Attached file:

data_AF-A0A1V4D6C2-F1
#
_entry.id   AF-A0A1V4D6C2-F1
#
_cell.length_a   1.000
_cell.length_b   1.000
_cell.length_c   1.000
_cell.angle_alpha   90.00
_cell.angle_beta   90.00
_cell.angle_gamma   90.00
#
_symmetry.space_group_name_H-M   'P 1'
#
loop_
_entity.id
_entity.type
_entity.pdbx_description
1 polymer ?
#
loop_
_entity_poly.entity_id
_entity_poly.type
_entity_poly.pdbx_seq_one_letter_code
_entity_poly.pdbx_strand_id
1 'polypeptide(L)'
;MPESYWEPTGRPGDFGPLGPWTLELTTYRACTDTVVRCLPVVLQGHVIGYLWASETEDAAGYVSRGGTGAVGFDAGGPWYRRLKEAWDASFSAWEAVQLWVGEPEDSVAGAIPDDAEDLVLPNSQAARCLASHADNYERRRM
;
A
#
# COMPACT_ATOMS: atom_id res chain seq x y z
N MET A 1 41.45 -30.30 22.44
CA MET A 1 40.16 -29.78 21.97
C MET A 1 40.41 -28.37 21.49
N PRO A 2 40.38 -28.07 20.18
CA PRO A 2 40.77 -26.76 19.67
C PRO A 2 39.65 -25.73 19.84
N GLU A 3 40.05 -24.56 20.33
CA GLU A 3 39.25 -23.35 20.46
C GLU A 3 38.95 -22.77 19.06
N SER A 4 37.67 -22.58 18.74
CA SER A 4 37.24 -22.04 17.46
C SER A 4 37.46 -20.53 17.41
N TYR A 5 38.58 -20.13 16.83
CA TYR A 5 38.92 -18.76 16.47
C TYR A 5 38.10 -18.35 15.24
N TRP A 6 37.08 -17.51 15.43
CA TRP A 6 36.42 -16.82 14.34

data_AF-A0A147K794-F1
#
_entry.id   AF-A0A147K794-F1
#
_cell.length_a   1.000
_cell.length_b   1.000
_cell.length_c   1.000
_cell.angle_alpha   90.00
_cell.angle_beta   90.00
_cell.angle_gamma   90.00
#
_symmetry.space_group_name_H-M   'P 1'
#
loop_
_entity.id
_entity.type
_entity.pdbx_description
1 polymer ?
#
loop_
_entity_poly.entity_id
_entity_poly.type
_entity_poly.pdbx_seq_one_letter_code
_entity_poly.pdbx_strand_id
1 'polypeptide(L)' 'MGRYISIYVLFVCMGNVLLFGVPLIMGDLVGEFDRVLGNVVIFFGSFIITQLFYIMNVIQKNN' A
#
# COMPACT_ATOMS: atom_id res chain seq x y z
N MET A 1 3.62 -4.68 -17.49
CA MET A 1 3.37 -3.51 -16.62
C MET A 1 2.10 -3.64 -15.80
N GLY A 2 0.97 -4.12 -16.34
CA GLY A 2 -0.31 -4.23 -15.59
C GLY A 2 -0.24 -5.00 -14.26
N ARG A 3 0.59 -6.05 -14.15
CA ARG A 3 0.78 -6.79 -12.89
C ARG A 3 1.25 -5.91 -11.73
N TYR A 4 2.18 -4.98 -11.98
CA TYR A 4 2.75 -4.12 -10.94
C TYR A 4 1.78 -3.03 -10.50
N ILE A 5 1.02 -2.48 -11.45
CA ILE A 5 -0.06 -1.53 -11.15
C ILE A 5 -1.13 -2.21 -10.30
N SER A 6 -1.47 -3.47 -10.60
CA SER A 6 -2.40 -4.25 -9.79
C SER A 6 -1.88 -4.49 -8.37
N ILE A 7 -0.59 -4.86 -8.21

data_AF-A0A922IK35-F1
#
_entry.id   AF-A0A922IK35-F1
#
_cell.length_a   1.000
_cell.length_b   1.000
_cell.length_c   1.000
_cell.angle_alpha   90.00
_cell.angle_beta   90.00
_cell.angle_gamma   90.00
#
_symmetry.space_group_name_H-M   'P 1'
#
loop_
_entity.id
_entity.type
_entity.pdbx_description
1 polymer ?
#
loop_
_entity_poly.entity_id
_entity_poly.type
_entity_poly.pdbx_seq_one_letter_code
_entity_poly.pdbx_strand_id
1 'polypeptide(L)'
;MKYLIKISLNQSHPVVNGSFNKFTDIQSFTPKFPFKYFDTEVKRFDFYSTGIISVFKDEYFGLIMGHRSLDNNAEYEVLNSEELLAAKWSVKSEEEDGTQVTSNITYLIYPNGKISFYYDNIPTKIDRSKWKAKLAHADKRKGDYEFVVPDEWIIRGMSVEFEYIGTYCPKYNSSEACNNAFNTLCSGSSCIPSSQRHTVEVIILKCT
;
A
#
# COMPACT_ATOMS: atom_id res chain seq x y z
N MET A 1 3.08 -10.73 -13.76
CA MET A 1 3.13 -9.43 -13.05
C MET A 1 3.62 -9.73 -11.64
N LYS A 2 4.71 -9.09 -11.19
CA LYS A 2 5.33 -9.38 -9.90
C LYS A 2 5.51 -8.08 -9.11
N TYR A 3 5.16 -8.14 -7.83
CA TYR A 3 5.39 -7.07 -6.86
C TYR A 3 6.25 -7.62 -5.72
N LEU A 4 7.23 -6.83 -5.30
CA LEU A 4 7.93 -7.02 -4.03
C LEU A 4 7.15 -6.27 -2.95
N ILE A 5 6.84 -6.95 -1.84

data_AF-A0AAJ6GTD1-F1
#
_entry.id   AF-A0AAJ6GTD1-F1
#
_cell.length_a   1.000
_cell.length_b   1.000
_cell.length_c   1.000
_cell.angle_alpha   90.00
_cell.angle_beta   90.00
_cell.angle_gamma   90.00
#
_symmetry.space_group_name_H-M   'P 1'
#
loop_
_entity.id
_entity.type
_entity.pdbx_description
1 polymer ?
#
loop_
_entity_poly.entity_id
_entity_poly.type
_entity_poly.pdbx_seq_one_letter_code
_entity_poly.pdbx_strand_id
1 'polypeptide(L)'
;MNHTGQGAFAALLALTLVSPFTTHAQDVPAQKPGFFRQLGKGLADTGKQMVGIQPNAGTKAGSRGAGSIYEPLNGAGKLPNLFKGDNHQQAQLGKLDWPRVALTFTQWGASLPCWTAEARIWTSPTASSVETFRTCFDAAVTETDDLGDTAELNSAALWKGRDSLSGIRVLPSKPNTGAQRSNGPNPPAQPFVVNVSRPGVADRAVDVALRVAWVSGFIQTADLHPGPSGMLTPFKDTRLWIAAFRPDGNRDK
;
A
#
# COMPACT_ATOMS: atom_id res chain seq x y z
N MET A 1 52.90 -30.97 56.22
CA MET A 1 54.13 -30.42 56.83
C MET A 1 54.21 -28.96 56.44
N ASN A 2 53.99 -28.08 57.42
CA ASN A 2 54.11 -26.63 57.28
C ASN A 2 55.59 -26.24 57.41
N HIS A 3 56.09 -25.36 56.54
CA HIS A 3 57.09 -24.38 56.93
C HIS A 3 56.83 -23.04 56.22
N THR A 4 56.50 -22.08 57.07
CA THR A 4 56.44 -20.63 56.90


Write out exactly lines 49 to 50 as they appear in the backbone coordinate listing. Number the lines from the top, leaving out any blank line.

#
_entry.id   AF-A0A147K794-F1